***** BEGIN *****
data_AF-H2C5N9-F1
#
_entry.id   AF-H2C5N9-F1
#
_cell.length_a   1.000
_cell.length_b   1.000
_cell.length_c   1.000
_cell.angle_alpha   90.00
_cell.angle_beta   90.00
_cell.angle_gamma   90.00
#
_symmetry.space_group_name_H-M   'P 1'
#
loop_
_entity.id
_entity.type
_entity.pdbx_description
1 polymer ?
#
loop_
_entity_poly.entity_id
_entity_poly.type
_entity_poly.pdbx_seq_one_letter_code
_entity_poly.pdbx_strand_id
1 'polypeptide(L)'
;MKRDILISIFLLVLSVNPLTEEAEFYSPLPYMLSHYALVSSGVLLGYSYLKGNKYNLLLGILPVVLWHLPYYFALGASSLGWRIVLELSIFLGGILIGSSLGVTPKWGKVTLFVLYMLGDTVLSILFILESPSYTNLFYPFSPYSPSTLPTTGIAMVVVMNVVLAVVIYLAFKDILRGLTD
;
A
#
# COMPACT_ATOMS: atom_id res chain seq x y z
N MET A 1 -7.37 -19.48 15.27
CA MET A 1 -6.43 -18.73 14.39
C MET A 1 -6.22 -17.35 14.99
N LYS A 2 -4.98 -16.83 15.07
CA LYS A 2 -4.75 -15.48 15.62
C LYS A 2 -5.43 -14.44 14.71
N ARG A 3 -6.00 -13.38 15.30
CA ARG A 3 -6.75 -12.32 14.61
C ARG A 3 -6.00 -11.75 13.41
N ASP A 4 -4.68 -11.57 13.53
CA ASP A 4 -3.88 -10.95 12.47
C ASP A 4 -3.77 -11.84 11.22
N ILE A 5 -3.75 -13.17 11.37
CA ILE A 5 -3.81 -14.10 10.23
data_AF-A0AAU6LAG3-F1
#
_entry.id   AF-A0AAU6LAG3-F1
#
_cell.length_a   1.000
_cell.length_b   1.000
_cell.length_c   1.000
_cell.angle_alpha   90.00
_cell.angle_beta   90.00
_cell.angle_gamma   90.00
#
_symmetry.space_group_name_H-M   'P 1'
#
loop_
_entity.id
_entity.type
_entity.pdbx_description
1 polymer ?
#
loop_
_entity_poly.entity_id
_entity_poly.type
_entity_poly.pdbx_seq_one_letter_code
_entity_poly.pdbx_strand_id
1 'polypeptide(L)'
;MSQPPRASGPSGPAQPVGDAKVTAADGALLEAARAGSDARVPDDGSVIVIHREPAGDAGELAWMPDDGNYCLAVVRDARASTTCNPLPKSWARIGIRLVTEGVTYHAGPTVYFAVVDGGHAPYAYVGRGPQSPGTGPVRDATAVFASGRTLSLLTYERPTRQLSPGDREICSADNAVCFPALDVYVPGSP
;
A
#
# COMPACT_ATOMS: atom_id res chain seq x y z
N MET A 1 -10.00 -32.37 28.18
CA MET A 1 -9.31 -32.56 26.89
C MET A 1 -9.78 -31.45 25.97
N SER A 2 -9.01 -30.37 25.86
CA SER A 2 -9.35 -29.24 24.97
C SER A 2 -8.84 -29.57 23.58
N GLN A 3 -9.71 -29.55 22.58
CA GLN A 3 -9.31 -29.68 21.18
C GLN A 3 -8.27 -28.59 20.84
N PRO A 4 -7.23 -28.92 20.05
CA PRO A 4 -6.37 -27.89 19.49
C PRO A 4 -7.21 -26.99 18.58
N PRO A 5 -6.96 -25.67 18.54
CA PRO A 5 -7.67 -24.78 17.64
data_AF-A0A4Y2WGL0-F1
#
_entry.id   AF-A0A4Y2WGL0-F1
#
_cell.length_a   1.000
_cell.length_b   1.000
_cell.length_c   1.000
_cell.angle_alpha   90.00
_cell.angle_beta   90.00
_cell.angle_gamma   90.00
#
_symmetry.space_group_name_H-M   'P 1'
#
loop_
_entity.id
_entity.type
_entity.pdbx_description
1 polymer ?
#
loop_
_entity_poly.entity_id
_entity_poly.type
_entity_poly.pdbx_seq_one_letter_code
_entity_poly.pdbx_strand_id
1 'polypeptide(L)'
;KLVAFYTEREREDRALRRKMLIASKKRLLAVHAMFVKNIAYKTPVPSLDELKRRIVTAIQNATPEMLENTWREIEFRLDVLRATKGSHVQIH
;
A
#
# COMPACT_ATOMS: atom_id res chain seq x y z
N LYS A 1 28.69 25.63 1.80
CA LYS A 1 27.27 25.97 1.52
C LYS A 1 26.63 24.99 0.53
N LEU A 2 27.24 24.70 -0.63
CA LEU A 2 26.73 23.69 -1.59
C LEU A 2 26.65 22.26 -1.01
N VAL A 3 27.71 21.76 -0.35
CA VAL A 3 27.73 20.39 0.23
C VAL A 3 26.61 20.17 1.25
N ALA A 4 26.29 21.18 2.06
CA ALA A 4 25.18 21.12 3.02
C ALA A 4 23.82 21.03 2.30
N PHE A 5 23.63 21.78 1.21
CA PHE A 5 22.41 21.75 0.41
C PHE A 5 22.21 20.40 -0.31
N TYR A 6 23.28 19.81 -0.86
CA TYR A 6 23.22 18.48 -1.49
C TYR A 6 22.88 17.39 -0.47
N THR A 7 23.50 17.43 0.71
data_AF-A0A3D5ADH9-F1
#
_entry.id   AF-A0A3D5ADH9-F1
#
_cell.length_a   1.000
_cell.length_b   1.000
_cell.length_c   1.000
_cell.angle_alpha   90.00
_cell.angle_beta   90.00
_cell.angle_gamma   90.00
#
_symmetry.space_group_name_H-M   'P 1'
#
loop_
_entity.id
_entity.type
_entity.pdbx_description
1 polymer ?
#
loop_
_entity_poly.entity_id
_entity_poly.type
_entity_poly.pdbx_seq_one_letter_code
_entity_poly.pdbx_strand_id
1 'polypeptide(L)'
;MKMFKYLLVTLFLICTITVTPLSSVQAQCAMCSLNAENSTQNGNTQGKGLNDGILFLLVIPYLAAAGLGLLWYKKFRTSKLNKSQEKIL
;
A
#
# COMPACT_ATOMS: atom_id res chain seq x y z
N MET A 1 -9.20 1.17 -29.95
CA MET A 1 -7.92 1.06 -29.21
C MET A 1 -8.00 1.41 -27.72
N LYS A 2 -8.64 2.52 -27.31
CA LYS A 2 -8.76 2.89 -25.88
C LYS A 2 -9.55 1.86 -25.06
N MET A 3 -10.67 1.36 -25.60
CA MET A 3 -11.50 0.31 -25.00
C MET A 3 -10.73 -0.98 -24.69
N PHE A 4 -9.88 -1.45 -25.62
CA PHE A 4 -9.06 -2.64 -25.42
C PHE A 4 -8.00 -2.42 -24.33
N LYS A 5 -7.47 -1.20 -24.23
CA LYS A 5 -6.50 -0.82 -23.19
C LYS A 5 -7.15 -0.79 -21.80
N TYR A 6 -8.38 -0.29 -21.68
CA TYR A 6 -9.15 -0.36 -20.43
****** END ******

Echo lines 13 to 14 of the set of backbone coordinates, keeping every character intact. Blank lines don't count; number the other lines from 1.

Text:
#
loop_